year
type
H3 - Professional qualifications (4 Years - )
subject
keywords
family reunification, EU law, migration, Directive 2003/86, family life, sexual orientation, public international law
language
English
id
1784358
date added to LUP
2011-02-08 12:13:18
date last changed
2011-02-08 12:13:18
@misc{1784358,
  abstract     = {One of the most remarkable changes in European family law systems is the development of new institutions that provide a legal status for unmarried couples. Over the last decade, this change has also been accompanied by a rapid evolution of social attitudes towards same-sex couples that has lead to legal recognition in many Member States of the EU. An area of EU law where such developments could have an impact is the field of family reunification. After an expansion of the Unions competence in matters concerning immigration of third-country nationals, a directive regulating family reunification between third-country nationals was adopted: Directive 2003/86/EC - the Family Reunification Directive. Do you have to be married to enjoy a right to family reunification under this directive or has the growing legal recognition of unmarried opposite-sex couples and same-sex couples been incorporated?

In the initial proposal from the Commission, spouses as well as unmarried couples, who could be of the same sex, were included. However, this proposal proved to be too controversial for some Member States and the drafting process became difficult and long. In the text that finally was adopted, only spouses is given a general right to family reunification. As for all other couples, it is for the Member States to decide whether or not to grant settlement rights for their partners. 

The meaning of the word “spouse” is not further determined by the directive, but by looking at the ECJ’s jurisprudence it is clear that the term refers to a heterosexual couple joined in a legal marriage. Cases such as Reed, Grant, and D and Sweden v Council shows that the Court is not yet willing to expand this notion to adapt to the growing recognition of unmarried opposite-sex and same-sex couples. The Court has instead repeatedly held that such expansion is a question for the legislature.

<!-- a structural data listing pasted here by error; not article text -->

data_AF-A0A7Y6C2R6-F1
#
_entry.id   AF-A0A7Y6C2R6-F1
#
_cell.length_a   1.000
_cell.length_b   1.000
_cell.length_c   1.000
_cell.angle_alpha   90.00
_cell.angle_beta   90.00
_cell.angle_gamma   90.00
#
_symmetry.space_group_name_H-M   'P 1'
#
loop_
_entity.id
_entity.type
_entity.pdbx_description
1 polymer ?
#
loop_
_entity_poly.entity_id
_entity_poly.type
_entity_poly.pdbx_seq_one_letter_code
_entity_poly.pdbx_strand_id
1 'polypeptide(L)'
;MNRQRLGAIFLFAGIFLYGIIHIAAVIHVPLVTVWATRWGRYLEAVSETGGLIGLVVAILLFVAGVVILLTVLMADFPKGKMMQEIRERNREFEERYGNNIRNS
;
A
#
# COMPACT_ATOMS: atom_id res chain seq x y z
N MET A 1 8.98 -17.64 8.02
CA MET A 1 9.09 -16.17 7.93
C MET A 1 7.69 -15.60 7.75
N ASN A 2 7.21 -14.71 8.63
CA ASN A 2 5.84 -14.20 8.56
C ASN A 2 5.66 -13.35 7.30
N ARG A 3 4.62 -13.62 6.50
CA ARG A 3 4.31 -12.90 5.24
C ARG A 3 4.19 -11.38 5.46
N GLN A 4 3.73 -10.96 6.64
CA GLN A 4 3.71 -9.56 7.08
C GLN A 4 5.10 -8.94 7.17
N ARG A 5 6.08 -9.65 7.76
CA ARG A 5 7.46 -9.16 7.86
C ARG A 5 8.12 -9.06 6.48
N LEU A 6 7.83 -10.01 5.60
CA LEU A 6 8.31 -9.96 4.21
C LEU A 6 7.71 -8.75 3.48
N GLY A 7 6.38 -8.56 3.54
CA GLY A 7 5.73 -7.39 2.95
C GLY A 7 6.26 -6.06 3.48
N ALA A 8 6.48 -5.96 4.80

An interpretation of the directive, in the light of the right to respect of family life does not seem to improve the situation for unmarried opposite-sex couples or same-sex couples. The right to family reunification under this fundamental right is very limited and far from a general one even for spouses. In fact, the protection under the Family Reunification Directive is more generous than under the ECHR. Nor does the prohibition of discrimination of sexual orientation seem to be of assistance as a same-sex union, e.g. a registered partnership, and a marriage is not found to be in a comparable situation according to the ECJ.

All in all, the Family Reunification Directive fails to respond to the growing legal recognition of unmarried opposite-sex couples and same-sex couples and does not afford any rights to the increasing number of people living in these kinds of relationships. In short, this means that you have to say “I do” to be entitled to family reunification under EU law.},
  author       = {Bourghardt, Lisa},
  keyword      = {family reunification,EU law,migration,Directive 2003/86,family life,sexual orientation,public international law},
  language     = {eng},
  note         = {Student Paper},
  title        = {Do You Have to Say “I Do” to be Entitled? - Family Reunification in EU Law},
  year         = {2011},
}